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Australian teens leading charge in eschewing drinking and smoking

Young people are waiting until nearly 16 to try their first cigarette and delaying first drink by nearly a year compared with 1998 figures, study shows

It was not until Fairfax Media reported the lawyer had appealed against the decision to Victoria’s Civil and Administrative Tribunal, that the council became aware the lawyer was an employee of the tobacco giant, Harper said.

“We had no idea that British American Tobacco was behind the request,” he said. “All we knew was it was an individual from a law firm who wanted the data. I’m disappointed that the tobacco company wasn’t upfront about its involvement.”

Harper said the council was concerned that, once made public, the data could be used by tobacco and alcohol companies to gain insight into the buying and drug consumption habits of young people, as well as the types of brands that appealed to them.

The data is used by the Cancer Council to help it understand where and how to direct publishing health messaging, as well as for scientific studies. When parents consented to their children completing the survey, the did so believing the data would be used only in the interest of public health, Harper said.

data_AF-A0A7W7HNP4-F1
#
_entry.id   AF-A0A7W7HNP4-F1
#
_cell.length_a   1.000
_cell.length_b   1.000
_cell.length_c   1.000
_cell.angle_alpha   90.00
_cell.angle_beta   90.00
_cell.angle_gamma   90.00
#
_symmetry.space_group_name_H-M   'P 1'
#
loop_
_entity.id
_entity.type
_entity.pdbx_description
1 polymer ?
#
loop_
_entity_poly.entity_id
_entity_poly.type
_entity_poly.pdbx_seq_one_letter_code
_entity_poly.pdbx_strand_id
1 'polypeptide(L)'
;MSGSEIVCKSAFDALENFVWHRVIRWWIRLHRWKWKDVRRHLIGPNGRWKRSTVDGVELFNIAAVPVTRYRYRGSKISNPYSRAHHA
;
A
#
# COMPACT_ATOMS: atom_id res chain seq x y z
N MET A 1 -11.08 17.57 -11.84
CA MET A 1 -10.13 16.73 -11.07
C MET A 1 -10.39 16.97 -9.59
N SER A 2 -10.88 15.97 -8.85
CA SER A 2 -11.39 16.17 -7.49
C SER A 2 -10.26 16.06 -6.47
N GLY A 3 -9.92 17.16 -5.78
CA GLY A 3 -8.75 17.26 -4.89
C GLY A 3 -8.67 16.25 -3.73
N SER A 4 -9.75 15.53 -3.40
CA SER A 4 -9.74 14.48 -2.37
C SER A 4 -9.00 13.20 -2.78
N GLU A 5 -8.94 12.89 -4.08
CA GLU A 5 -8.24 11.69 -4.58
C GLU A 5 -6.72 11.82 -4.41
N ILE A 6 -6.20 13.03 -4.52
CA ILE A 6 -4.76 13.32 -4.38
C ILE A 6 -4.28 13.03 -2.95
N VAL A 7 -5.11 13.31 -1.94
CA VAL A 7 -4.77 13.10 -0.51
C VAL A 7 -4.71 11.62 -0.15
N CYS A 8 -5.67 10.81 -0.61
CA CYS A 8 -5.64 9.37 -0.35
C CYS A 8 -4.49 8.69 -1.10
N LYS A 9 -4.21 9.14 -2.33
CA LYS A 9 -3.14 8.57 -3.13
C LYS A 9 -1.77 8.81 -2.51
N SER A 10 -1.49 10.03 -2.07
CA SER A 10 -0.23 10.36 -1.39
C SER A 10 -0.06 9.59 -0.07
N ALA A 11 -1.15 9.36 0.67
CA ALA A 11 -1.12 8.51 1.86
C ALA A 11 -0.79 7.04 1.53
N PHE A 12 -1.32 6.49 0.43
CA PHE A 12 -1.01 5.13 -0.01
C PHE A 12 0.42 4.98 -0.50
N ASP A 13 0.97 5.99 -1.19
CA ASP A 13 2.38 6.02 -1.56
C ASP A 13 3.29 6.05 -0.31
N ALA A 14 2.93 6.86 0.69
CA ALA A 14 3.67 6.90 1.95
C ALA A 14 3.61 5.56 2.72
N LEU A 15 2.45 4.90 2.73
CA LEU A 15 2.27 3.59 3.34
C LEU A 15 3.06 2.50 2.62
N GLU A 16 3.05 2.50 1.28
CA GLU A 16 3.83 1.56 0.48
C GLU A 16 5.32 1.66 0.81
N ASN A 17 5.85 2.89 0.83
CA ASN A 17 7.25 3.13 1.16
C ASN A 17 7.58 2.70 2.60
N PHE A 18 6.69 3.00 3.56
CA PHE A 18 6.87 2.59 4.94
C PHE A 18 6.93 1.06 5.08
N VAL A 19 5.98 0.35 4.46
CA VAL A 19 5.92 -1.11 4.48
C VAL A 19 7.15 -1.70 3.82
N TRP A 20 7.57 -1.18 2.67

Fairfax Media also revealed that the same lawyer used the Freedom of Information Act to get information from surveys of adult smokers in that state, which included questions about their attitudes toward smoking.

“The Cancer Institute NSW was compelled to provide tobacco survey data requested under the NSW Government Information [Public access] Act,” its chief cancer officer, David Currow, told Fairfax.

A spokeswoman for British American Tobacco told Guardian Australia the Victorian data request “wasn’t about children”.

“This is about plain packaging,” she said. “We did not seek any personal data or information in respect of children. We’ve asked for figures via a normal freedom of information request because we want to find out if plain packaging, a measure introduced without evidence and that directly affects our industry, is having the impact the Australian government claims it is.”

The assistant health minister, Fiona Nash, said the government would not back away from plain packaging regardless of tactics by tobacco companies to discredit it.

“If tobacco companies are obtaining research on young people through state FOI legislation to increase their sales to children, then I am appalled,” she said.

In a world first, Australia passed plain packaging legislation in 2011, requiring all cigarette packaging to be stripped of advertising and branding, apart from the company name and health warnings. All tobacco now comes in olive green cardboard containers with graphic health messages.

In a series of papers published by the Cancer Council in the BMJ journal Tobacco Control in March, plain packaging was associated with an increase in the number of people thinking about quitting and trying to quit. The research also found children aged between 12 and 17 found standardised packaging less appealing.

An appeal date for the freedom of information request is yet to be set.

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